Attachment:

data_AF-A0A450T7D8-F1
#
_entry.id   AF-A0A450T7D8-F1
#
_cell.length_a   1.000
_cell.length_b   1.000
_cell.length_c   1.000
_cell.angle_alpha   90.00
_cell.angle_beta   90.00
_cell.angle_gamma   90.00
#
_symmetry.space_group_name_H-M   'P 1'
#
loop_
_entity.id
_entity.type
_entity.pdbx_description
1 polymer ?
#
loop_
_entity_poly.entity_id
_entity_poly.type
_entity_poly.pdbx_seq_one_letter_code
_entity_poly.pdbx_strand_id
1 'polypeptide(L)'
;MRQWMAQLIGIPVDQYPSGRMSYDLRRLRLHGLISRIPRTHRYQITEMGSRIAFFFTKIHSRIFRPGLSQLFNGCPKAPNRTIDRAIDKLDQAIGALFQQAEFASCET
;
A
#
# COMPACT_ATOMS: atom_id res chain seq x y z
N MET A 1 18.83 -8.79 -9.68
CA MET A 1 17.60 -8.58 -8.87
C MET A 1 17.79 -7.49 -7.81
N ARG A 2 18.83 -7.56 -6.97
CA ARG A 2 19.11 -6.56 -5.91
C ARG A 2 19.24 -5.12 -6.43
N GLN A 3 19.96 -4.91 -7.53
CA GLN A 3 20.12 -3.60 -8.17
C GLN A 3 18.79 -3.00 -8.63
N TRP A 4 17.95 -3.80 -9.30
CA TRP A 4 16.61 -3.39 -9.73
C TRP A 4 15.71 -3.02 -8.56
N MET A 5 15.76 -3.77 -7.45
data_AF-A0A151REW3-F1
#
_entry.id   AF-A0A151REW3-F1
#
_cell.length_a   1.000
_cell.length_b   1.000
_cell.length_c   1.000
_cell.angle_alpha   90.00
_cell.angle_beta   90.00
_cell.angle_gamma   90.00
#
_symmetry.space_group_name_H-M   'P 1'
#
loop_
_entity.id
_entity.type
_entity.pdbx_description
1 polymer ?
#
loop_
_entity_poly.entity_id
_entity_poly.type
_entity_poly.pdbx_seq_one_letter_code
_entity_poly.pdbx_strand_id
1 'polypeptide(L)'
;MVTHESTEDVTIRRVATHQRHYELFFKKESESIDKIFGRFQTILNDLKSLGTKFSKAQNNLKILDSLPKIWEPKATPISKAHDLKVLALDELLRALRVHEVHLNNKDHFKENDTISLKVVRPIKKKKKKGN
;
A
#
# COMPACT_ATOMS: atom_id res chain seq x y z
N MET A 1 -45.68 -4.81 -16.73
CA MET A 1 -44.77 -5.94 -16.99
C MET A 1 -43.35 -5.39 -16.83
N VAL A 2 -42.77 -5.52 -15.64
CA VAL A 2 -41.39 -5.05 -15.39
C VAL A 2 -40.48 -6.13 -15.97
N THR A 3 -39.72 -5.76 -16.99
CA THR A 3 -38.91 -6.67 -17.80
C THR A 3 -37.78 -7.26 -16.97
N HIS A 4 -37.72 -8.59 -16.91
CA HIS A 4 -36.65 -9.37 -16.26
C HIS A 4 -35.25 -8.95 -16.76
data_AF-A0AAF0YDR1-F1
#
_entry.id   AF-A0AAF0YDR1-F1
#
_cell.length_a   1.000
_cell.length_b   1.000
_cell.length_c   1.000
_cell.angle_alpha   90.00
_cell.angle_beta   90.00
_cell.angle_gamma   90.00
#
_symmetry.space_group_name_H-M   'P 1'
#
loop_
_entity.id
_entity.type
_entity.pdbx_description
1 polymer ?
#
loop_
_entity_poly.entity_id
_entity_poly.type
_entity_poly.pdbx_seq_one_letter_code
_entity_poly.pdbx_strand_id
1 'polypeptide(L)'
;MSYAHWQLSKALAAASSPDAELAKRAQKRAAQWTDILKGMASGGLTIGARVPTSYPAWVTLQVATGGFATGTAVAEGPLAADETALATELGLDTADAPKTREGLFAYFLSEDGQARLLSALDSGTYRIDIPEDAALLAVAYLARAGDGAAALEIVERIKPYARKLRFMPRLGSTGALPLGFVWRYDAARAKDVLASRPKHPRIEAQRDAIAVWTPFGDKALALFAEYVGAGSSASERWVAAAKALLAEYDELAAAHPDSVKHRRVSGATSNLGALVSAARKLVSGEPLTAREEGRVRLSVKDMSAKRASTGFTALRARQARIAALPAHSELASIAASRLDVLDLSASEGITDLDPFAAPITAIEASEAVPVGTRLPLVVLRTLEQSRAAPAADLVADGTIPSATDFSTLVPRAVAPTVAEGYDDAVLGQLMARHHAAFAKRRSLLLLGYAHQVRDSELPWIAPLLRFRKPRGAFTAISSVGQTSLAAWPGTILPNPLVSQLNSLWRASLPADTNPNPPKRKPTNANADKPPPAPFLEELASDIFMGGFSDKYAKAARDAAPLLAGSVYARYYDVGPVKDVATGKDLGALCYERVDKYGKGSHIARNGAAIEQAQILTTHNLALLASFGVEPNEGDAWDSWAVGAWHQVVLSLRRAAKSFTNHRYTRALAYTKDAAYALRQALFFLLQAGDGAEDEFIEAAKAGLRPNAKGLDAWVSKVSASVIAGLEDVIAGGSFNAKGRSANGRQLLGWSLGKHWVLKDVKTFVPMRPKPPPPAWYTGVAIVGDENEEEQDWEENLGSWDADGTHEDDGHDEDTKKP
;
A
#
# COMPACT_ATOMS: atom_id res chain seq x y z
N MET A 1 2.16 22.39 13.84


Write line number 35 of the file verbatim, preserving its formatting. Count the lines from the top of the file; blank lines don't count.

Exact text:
CA ARG A 2 19.11 -6.56 -5.91